Top 10 Albums of 2012
Frank Ocean - Channel Orange An obvious pick? Perhaps, but this album was simply mind-blowing. Ocean stretched R&B to its limit, and made one of the most diverse, emotionally engaging records of the year. From the light funk of "Sweet Life," to the ambitious prog-rock of "Pyramids," to the wrenching heartbreak of "Forrest Gump," there was nowhere Ocean wasn't willing to go. Ocean has already made a masterpiece, and there's no telling what he'll do in the future. What a time to be alive.
Bruce Springsteen - Wrecking Ball It's amazing how consistent Springsteen's late period has been, with every album since The Rising being brilliant in one way or another. This is probably the angriest album the Boss has ever made, as he rails against the corrupt businessman that caused our economy to collapse. He never sounds more enraged than on "Death To My Hometown," where he threatens to "send the robber barons straight to hell." With the mighty E Street Band by his side, he shouldn't have any trouble doing just that.
Jack White - Blunderbuss Any fear that the breakup of the White Stripes would create a void in the blues-punk world was instantly quelled when this brilliant album was released. From the rage of "Sixteen Saltines," to the elegant orchestration of the title track, this album was ambitious as anything White has made, and makes it seem very likely that he will continue to give us mindblowing albums for years to come.
Nada Surf - The Stars Are Indifferent To Astronomy These power-poppers have been putting out brilliant albums for years without getting a great deal of credit for it. They continued their winning streak with this record, which rivals past masterpieces like 2003's Let Go and 2005's The Weight Is A Gift. Every song here is a winner, but none soar as high as the anthemic "When I Was Young," in which frontman Matthew Caws reflects on all that life has taught him. While the song was written by a man in his mid-40s, anyone of any age who has ever felt stunned at just how much they've grown up can relate to it.
John Mayer - Born And Raised I'm sure I'll take some flak for this one. Look, I know liking John Mayer isn't "cool," and his tendency to make an ass of himself in the press doesn't help, but a great album is a great album, and this one is brilliant throughout. Mayer trades in his usual blues for folk and it suits him well. From th gentle, Beatle-esque "Love Is A Verb," to the reflective single "Shadow Days," Mayer is the best he's ever been here. He seems to no longer care about commercial success, and he comes out for the better. His best work may well be ahead of him.
Chris Robinson Brotherhood - The Magic Door/Big Moon Ritual (tie) With the Black Crowes temporarily on hiatus, Robinson's new band released two albums, and both were excellent. The first release, Big Moon Ritual, is a set of epic hippie jam sessions, with no track under 7 minutes. The standout is "Rosalee," whose chant of "is the air gettin' thinner/are we gettin' high?" will be recited by stoners for decades to come. The follow-up The Magic Door is equally ambitious, but more blues-based, as it begins with a rollicking cover of the classic "Let's Go Let's Go Let's Go." Only time will tell if the Crowes get back together, but for the time being, Robinson has something wonderful going on with his new outfit.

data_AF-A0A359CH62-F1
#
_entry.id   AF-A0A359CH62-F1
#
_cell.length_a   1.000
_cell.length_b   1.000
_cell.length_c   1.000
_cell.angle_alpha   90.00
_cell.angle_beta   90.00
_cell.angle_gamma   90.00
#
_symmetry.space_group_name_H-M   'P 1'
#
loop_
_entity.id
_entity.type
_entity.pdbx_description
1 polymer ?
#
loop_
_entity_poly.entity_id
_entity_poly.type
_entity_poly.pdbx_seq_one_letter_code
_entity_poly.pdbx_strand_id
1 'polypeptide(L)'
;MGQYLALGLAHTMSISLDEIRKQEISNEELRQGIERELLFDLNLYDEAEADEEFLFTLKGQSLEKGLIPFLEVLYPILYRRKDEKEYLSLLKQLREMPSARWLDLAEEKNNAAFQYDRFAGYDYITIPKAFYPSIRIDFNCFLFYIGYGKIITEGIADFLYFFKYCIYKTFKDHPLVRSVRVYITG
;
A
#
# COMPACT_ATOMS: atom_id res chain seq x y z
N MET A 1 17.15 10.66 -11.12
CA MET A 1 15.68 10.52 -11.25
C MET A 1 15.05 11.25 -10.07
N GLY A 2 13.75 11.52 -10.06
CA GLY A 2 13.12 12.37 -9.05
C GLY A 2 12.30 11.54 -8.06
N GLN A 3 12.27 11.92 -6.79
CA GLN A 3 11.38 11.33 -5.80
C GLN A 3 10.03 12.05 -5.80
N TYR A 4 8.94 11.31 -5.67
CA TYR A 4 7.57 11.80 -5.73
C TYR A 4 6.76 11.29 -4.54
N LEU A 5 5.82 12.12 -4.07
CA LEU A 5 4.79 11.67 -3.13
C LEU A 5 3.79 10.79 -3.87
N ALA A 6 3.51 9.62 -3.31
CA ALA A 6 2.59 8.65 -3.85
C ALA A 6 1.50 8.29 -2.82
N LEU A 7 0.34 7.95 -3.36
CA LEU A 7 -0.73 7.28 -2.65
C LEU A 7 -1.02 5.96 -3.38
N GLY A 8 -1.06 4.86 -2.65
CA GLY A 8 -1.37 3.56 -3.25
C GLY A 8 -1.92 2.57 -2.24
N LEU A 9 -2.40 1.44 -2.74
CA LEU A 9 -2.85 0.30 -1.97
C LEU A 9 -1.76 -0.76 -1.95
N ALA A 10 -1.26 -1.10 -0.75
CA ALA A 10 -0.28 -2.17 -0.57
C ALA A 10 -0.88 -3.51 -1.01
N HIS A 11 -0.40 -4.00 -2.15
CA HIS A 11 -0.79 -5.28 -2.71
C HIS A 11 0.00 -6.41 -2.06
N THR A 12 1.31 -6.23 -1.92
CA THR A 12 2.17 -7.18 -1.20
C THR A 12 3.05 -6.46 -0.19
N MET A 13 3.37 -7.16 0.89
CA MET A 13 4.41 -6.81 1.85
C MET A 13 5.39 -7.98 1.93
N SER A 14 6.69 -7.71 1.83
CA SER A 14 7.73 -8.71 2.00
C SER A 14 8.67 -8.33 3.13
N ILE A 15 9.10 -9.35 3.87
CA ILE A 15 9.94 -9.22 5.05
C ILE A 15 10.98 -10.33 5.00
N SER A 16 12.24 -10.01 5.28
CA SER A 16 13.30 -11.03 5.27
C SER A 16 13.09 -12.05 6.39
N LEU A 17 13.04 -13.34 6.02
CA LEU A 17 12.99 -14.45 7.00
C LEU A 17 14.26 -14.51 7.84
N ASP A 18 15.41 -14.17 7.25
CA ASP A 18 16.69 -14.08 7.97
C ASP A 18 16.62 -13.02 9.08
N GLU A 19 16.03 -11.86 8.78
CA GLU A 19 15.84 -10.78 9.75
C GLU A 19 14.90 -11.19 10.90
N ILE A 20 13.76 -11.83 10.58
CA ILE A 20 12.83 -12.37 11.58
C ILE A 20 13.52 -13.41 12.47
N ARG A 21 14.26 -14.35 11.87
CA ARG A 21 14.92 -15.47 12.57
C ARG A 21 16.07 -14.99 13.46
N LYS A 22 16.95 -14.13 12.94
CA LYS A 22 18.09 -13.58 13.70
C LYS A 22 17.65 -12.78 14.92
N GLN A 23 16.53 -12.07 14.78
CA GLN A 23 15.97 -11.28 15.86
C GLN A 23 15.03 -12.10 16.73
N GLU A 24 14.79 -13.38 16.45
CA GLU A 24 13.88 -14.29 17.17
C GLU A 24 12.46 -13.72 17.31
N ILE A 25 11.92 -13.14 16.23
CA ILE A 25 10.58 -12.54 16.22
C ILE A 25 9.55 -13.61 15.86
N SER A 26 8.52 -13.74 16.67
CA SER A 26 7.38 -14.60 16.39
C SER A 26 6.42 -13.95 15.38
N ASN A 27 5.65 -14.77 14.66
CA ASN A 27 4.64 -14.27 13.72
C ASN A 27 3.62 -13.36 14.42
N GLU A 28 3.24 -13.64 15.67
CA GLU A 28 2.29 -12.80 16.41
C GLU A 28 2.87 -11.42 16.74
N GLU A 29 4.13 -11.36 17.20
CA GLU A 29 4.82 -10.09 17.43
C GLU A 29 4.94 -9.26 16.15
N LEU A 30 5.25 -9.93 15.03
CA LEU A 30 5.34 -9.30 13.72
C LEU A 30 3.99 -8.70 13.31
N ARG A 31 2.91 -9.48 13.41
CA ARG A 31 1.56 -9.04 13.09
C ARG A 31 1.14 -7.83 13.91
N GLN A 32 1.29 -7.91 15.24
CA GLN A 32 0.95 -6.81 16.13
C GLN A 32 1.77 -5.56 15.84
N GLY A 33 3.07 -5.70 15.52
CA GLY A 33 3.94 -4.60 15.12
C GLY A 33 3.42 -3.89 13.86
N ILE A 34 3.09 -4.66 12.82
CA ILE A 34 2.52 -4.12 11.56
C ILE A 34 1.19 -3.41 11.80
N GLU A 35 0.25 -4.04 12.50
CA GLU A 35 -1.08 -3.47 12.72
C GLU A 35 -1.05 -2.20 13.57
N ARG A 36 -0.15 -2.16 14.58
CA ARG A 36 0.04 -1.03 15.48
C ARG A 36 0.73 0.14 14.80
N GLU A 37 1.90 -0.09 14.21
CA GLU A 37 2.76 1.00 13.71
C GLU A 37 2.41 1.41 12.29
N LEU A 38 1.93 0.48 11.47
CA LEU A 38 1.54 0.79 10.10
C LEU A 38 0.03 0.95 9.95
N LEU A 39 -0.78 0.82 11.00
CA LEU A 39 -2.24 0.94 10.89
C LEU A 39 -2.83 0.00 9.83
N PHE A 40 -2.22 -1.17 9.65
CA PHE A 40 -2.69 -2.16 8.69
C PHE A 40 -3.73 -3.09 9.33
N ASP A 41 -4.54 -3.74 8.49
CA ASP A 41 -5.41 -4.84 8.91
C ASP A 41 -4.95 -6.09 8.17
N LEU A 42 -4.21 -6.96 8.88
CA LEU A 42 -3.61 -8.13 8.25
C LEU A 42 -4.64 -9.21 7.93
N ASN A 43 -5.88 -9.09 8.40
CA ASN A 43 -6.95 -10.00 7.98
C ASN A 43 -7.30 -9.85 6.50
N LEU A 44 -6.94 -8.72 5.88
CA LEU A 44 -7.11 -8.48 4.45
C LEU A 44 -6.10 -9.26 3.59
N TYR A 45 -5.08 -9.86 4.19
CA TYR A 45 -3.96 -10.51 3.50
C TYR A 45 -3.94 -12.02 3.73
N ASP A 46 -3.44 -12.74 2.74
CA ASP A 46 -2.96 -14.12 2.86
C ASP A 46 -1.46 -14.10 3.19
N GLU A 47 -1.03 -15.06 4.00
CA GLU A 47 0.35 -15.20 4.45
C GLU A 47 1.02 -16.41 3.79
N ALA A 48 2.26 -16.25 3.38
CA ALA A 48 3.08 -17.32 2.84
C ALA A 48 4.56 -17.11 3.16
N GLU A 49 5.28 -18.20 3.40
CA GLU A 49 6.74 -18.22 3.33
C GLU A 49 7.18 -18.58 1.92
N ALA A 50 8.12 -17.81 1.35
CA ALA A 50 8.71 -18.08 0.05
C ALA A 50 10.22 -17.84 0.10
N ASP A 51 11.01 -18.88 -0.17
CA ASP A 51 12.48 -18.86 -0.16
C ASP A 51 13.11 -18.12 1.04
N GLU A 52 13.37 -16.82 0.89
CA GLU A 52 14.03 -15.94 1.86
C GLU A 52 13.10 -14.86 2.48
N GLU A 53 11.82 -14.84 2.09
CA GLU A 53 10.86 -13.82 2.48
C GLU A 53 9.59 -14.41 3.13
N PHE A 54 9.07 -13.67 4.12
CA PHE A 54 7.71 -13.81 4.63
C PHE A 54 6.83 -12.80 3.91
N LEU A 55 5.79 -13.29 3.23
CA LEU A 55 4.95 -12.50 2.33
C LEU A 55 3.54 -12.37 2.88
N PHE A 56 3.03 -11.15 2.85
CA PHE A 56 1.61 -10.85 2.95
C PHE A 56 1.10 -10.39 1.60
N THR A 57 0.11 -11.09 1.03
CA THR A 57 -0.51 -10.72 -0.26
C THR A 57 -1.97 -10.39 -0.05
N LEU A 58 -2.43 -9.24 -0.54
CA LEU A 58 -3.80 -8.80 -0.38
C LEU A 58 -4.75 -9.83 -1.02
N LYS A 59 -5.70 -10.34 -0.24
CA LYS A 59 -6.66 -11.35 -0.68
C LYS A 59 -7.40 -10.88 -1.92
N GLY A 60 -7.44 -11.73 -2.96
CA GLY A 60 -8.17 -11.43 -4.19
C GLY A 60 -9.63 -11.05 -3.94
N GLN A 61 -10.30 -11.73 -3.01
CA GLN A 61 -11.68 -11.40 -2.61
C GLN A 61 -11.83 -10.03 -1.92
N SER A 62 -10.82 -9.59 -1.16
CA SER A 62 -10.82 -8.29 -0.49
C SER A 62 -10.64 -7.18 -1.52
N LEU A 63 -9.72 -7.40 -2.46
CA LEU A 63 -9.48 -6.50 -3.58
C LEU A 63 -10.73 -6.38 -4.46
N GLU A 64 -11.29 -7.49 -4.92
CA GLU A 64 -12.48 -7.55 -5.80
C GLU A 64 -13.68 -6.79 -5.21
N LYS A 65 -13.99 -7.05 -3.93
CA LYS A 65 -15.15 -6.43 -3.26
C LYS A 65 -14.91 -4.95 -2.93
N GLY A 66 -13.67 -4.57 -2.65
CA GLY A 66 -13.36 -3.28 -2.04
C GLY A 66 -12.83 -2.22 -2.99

M. Ward - A Wasteland Companion Lots of people know M. Ward as Zooey Deschanel's sidekick in She & Him, but anyone familiar with the bulk of his work knows that his solo records contain his best material. This album was no exception. Ward's country-folk is warm and inviting, and has a timeless quality to it. The best moment is on "I Get Ideas," a charmingly pastoral number that gives off a joyous 1930s vibe. You could say Ward is living in the past, but with tunes this good, who wouldn't want to?
A Fine Frenzy - Pines On her third album, simger-songwriter Alison Sudol gets more ambitious than she ever has before, with many songs topping 6 minutes. The album is a concept album about a tree who is granted freewill. There are poppier moments like the cheery "Sailingsong," or the celebratory "It's Alive," along with darker, pessimistic numbers like "Sadseasong," and "Riversong." The end result is a beautiful, challenging album that takes multiple listens to reveal all its mysteries.
Bob Dylan - Tempest There's only so much you can say about Bob Dylan a this point; he's one of the best there's ever been, and at the age of 71, he's still got it. His latest album is as sprawling as anything he's done before, and features some his most interesting choices. Whether commemorating the Titanic on the title rack, or paying tribute to John Lennon on "Roll on John," Dylan's muse is ever-present, and he doesn't appear to be slowing down one bit. Here's to hoping he's still churning out gold when he's 80.
The Cult - Choice of Weapon One of the most underrated bands ever, The Cult released their best album in years in 2012, with big riffs and a memorable chorus that recall their 80s heyday. Particularly notable is opener "Honey From A Knife," with its refrain of "We got the drugs/we got the drugs/we got the drugs/drugs in here." Frankly with tunes this good, you hardly need the drugs! But hey, I'm not one to judge.